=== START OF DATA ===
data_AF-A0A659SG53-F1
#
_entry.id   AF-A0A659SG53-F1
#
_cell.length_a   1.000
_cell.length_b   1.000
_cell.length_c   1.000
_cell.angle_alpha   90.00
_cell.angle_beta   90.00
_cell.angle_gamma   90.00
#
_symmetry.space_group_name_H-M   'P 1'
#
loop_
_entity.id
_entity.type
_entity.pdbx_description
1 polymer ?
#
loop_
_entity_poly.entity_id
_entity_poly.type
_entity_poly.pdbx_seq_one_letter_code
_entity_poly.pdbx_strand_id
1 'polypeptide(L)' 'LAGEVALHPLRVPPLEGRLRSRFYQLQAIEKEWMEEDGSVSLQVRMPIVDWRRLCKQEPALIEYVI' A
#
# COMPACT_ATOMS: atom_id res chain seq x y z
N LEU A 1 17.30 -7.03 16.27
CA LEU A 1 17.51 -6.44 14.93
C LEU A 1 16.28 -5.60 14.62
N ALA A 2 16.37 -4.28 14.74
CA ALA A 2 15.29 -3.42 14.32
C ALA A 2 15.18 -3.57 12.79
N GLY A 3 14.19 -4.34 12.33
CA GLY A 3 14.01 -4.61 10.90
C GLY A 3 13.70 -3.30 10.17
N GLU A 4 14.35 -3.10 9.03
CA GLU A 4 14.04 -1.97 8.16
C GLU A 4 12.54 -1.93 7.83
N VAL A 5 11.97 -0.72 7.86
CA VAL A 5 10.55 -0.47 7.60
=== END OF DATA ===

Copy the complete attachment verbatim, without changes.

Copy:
data_AF-A0A659SG53-F1
#
_entry.id   AF-A0A659SG53-F1
#
_cell.length_a   1.000
_cell.length_b   1.000
_cell.length_c   1.000
_cell.angle_alpha   90.00
_cell.angle_beta   90.00
_cell.angle_gamma   90.00
#
_symmetry.space_group_name_H-M   'P 1'
#
loop_
_entity.id
_entity.type
_entity.pdbx_description
1 polymer ?
#
loop_
_entity_poly.entity_id
_entity_poly.type
_entity_poly.pdbx_seq_one_letter_code
_entity_poly.pdbx_strand_id
1 'polypeptide(L)' 'LAGEVALHPLRVPPLEGRLRSRFYQLQAIEKEWMEEDGSVSLQVRMPIVDWRRLCKQEPALIEYVI' A
#
# COMPACT_ATOMS: atom_id res chain seq x y z
N LEU A 1 17.30 -7.03 16.27
CA LEU A 1 17.51 -6.44 14.93
C LEU A 1 16.28 -5.60 14.62
N ALA A 2 16.37 -4.28 14.74
CA ALA A 2 15.29 -3.42 14.32
C ALA A 2 15.18 -3.57 12.79
N GLY A 3 14.19 -4.34 12.33
CA GLY A 3 14.01 -4.61 10.90
C GLY A 3 13.70 -3.30 10.17
N GLU A 4 14.35 -3.10 9.03
CA GLU A 4 14.04 -1.97 8.16
C GLU A 4 12.54 -1.93 7.83
N VAL A 5 11.97 -0.72 7.86
CA VAL A 5 10.55 -0.47 7.60